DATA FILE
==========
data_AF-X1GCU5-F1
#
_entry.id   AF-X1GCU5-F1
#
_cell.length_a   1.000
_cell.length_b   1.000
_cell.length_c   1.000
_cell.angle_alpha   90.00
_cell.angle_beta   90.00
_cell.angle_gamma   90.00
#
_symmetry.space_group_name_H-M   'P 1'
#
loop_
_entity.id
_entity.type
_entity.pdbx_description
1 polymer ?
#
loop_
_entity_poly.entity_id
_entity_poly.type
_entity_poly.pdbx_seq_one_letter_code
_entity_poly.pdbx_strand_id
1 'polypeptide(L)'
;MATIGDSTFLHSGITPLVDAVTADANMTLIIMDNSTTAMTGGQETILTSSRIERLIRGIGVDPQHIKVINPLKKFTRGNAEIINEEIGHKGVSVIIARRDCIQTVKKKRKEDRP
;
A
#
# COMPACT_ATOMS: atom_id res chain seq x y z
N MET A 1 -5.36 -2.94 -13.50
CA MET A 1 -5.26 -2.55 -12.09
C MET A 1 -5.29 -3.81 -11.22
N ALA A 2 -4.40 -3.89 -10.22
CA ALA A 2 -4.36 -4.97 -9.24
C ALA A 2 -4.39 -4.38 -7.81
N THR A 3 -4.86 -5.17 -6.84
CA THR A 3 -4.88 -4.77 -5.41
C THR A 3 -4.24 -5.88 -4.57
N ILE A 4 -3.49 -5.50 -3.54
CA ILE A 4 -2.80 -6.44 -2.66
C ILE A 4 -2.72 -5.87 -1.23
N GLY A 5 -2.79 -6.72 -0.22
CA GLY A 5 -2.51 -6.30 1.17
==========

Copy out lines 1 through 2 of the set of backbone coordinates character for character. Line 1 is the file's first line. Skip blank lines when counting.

data_AF-X1GCU5-F1
#